Are you in want of a turntable that can help you to convert your vinyl records into another, perhaps more stable and safe format? Do you want a new turntable that can offer such capabilities but that will not sacrifice tone? What are the best USB turntables, and how can you tell them apart?
All this and more today as we explore 5 of the best USB turntables on the market today, as well as some things to consider when purchasing some more affordable models.
Table of Contents
- 1. Audio-Technica AT-LP120XUSB
- 2. Audio-Technica AT-LP60X
- 3. Lauson Woodsound JTF536
- 4. ION Audio Max LP
- 5. Sony PS-LX310BT
- Final Tones
- FAQs USB Turntables
1. Audio-Technica AT-LP120XUSB
As a USB turntable, this offering does a pretty good job. But as a fully-fledged DJ deck, the Audio-Technica AT-LP120 will be well-equipped to help you bring your music to the masses.
Unlike other DJ turntables for beginners, this is a turntable for beginners, i.e. a turntable that will not alienate someone newer to record collecting and audiophilia.
This, however, does not come at a loss of any extra features. In fact, this turntable is replete with additional features that make mixing discs together as a DJ an absolute joy. These features never, though, get in the way of a beginner who might want to approach these more advanced features later down the line.
All this atop the trademark sound quality that Audio-Technica has become trusted for over the years!
- This USB turntable is genuinely one of the best to do at this price, especially considering the excellent sound quality that Audio-Technica always delivers.
- It comes equipped with a whole host of extra controls and features like anti-skate control that really set it apart from other competitors in this price range and beyond.
- Three-speed functionality gives you even more options for customization or even playing those old 78 rpm vinyl record types you have kept locked away for so long for fear of not being able to play them.
- Though this is a relatively simple plug-and-play model, the initial setup out of the box is a little tricky and is said to be rather fiddly. Rather than make a mess of it yourself, why not follow professional guidance like the one below, crafted by none other than Audio-Technica itself?
2. Audio-Technica AT-LP60X
Though this turntable is the more expensive of the Audio-Technica turntables here arrayed, let that not cast any judgment on its ability to bring your vinyl collection to life. In fact, some audiophiles might even suggest that the sound quality on such an audio system is inherently better thanks to the aluminum turntable platter – one of the most important parts of a turntable in terms of resonance.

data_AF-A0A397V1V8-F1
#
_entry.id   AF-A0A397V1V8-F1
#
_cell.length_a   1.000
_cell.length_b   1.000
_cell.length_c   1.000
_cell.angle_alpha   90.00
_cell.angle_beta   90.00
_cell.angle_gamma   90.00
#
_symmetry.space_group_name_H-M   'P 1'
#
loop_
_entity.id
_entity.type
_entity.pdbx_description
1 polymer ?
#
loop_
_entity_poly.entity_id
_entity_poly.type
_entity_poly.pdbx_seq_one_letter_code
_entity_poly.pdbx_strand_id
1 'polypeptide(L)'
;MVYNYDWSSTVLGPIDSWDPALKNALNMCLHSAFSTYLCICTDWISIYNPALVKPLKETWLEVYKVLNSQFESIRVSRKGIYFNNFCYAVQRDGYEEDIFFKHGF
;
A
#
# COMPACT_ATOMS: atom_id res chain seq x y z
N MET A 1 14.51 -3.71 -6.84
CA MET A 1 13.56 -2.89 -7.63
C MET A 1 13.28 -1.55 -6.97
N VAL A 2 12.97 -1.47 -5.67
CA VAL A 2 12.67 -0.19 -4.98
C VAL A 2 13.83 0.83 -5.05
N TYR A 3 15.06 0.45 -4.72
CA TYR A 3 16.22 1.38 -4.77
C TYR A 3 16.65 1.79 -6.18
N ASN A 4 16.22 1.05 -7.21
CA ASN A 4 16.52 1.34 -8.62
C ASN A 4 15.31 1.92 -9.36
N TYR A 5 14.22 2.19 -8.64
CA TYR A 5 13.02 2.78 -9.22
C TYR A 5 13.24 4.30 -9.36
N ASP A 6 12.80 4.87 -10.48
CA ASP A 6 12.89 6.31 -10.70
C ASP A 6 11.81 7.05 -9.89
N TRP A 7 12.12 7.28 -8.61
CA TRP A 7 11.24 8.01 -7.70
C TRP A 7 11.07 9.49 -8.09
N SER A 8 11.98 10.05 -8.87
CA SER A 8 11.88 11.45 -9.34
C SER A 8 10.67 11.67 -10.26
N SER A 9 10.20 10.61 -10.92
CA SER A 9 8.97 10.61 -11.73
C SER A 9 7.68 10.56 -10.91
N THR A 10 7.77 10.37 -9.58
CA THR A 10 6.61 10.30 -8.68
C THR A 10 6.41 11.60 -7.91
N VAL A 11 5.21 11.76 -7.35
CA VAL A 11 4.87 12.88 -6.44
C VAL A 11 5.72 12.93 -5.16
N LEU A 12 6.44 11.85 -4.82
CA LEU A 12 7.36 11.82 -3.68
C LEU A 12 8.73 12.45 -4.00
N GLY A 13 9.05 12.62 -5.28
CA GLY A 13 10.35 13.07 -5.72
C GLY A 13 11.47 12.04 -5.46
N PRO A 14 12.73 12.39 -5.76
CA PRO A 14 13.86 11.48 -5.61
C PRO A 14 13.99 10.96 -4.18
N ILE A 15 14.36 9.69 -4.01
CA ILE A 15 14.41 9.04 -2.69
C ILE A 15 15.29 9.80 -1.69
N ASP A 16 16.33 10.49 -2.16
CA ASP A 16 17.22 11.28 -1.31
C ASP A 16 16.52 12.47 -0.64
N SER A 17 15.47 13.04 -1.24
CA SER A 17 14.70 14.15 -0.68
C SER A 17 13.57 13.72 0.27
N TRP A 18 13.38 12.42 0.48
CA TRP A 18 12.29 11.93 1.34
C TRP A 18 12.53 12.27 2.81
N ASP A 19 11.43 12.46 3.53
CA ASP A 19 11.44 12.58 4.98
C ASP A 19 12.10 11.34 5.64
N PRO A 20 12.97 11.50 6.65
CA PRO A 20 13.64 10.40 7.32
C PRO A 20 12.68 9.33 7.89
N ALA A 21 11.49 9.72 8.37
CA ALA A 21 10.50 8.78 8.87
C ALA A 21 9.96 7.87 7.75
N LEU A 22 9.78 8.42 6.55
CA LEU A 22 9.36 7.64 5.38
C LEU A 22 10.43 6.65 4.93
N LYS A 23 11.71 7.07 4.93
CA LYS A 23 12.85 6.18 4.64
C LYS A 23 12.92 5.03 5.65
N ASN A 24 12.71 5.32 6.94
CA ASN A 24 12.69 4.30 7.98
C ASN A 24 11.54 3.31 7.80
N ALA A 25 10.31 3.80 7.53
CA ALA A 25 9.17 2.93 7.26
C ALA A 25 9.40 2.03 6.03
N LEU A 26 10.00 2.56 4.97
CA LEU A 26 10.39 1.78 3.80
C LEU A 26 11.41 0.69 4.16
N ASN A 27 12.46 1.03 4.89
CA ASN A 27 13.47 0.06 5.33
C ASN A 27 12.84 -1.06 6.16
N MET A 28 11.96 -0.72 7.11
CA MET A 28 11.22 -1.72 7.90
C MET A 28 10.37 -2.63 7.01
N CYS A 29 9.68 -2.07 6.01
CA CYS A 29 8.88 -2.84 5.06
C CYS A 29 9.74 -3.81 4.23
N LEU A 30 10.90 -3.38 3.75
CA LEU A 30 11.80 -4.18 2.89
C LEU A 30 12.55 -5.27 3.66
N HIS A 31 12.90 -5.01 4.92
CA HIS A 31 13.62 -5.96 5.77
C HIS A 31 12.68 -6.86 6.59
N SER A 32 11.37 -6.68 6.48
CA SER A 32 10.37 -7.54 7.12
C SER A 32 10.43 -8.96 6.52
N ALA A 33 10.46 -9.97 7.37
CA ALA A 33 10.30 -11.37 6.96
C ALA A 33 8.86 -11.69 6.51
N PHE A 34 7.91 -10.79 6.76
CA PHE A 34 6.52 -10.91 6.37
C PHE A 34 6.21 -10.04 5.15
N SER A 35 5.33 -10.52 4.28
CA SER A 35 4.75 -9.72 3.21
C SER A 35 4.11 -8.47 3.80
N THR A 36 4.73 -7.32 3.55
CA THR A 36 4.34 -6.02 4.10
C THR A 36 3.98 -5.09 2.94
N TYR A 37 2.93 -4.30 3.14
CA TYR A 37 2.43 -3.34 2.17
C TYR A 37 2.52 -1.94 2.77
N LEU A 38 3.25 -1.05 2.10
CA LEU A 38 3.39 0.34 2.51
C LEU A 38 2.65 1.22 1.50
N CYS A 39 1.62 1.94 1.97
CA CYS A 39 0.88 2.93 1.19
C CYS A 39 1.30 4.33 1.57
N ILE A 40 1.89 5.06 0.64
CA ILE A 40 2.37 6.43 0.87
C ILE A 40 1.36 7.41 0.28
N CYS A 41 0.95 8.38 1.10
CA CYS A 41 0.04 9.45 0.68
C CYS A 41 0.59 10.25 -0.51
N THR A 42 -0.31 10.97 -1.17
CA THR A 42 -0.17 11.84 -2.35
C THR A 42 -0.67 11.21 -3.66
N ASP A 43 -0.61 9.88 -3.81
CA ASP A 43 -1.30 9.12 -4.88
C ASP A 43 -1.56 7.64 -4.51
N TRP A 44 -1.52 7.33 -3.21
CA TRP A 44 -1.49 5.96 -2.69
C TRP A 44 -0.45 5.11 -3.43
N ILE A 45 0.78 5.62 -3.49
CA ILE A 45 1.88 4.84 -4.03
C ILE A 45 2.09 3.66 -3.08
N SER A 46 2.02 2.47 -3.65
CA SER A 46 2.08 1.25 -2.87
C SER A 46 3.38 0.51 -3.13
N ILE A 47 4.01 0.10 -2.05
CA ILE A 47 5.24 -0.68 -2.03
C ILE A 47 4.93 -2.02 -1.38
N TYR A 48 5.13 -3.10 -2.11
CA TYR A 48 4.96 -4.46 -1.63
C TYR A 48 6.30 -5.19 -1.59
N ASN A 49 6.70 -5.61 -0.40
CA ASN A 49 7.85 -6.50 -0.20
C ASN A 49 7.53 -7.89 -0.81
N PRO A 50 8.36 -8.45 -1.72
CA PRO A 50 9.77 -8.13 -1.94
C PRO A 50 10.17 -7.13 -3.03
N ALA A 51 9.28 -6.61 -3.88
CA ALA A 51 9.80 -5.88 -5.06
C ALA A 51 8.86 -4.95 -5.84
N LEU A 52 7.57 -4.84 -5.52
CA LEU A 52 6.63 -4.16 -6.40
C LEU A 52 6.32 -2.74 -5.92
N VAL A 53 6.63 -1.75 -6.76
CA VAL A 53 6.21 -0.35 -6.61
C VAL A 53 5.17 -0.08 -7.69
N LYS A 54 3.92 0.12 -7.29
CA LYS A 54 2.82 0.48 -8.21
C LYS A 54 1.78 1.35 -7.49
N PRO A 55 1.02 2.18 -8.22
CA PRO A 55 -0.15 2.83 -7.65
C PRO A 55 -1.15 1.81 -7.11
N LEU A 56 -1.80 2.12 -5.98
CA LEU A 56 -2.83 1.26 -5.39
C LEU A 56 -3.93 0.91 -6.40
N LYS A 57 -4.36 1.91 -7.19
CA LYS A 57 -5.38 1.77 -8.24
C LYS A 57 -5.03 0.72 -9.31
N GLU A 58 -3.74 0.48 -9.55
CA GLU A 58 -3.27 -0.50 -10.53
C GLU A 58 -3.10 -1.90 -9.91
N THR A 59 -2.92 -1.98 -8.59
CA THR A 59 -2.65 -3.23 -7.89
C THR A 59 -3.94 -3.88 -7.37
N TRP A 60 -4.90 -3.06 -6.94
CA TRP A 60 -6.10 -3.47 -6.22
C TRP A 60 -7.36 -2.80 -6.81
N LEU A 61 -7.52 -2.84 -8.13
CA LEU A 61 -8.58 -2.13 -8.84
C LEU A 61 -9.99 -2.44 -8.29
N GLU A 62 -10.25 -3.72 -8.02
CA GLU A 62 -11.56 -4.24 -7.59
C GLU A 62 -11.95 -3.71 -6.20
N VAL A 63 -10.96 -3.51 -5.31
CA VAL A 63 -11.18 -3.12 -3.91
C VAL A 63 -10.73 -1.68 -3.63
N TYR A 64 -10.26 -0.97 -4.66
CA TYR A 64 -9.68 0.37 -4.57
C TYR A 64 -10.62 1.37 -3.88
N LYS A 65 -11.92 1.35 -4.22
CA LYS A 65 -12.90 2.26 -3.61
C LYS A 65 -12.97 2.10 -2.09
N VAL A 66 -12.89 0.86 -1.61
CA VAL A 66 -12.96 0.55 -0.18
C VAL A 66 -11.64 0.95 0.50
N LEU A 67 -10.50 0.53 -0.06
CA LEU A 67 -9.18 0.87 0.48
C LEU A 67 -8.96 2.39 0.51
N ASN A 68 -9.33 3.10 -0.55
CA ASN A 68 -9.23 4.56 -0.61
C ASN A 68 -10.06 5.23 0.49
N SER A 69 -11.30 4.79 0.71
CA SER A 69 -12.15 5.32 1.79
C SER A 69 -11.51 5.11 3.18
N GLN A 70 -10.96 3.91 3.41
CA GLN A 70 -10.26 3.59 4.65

This is a thoroughly popular model of turntables, one that has been constantly revised over the years. So, depending on which version you own, you might be bestowed a few extra features. Newer versions, for example, have the benefit of Bluetooth connectivity alongside a USB output, not to mention a redesigned tonearm for tracking each vinyl record as it should be tracked.
An audiophile who is new to vinyl records could do a damn sight worse than having a record player like this to start off with, especially one with such a righteous USB connection. This has to be the best USB turntable, at least in terms of being an affordable workhorse.
- This turntable is incredibly easy to operate, making this an apt choice for novices and professionals alike.
- It offers exemplary connectivity options, opening the door to wireless headphones and a Bluetooth speaker via Bluetooth transmission.
- In contrast to the previous Audio-Technica model, this is far easier to set up and easy to use.
- Depending on which version of this model you are using, you might not be able to change the cartridge, meaning that if the turntable ends up not working, you will be forced to purchase a whole new turntable. Not only is this a little inconsiderate to your pocket, but it also makes the environment dirty.
3. Lauson Woodsound JTF536
Now, if you are really looking for a turntable for beginners – and we really mean beginners here – then look no further than the Lauson Woodsound JTF536. Any of you who are looking for a piece of kit that is going to actually sound good may want to avert your gaze now, for this is one of those all-in-one record-playing travesties.
This is why such a thing is inherently for beginners. The idea is that it will give such a novice an idea of whether they like record collecting enough to want to pursue it further and inevitably invest a whole bunch more money in it.
So, the built-in stereo speakers on this model are not anything to write home about (unless such an epistolary exchange has to do with how badly they have rendered one of your favorite records). To make up for such a lack is the void left by the low price point; you can’t win them all, after all.
- This record player is incredibly easy to use and navigate, making this a great choice for beginners to record collecting who do not yet know whether they want to pursue the hobby fully. In this way, such a novice can explore this avenue without investing a whole bunch of cash.
- The price point is almost unfathomably cheap.
- The controls are simple, and the setup is pretty easy too.
- Contrastingly, the transfer of records to a USB can be a little irksome. From certain angles, this can feel like a feature that was just tacked on to the record play after the fact, a way of aligning itself with current trends toward converting vinyls to CD.